This was my fourth week back at my old company and it’s been a little difficult getting back into 11-hour days, but I am. I’m glad to have a job locally and I didn’t have to leave my family.

I’m not really a political sort of guy anymore. I gave most of that up when I was saved. No man is our savior and whether we know it or not, far too many “evangelical Christians” have too much faith in their elected officials. However, my political soapbox comment of the day has to do with the astonishing amount of work we’re sending overseas.

I know many Americans are aware we’re sending huge amounts of our manufacturing base to China and India, I’m just not sure if most Americans really understand how much. Take for instance the Boeing 747 jumbo jet with it’s millions of parts. While most of the large components are still assembled here in the USA, almost all of the parts are now built in China or South Korea. Literally thousands of high paying jobs along with the skills and technology were siphoned from our industrial base and used to boost the economy of one of the worst human rights violators in the world.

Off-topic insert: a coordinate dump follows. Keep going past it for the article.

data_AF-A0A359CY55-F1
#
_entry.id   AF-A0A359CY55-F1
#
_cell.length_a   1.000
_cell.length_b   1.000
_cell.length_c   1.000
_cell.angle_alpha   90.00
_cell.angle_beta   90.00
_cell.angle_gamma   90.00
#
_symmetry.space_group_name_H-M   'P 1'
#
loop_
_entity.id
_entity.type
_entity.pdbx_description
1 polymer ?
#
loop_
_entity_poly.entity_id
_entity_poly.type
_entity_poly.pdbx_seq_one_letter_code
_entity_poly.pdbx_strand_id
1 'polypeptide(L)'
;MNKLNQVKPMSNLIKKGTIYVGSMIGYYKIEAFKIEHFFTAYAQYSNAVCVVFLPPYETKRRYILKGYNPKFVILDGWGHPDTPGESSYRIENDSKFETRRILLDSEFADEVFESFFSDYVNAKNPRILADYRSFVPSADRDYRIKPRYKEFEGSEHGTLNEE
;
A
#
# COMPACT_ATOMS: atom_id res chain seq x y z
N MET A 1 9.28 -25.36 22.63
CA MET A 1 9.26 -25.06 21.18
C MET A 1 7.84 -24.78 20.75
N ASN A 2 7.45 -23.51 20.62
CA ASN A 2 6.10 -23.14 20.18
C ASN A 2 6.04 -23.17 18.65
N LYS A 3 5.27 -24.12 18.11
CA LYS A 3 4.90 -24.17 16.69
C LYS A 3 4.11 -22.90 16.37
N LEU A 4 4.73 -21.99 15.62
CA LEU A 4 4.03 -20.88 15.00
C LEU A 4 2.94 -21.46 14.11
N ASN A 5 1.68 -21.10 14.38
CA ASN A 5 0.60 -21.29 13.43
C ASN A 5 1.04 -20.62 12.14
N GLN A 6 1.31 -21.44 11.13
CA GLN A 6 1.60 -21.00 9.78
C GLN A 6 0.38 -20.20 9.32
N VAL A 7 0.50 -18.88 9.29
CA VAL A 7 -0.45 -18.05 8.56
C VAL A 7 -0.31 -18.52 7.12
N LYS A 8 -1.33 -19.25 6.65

Contrary to popular belief, this wasn’t done because Boeing couldn’t make a profit by making it completely here in the USA, It was done simply because they wanted to make a bigger profit. It’s no longer good enough in America for a corporate executive to be worth 20 million dollars, they want to be worth 200 million and the quickest way there is on the backs of cheap labor.

There is a great shifting of power from the Western world to the Eastern world going on now. This is just as the book of Revelation in the Bible has said it would be in the end times. As much as it disappoints and disheartens me, I know God is in control. He brings rulers up and he brings them low. America doesn’t get a free pass in this.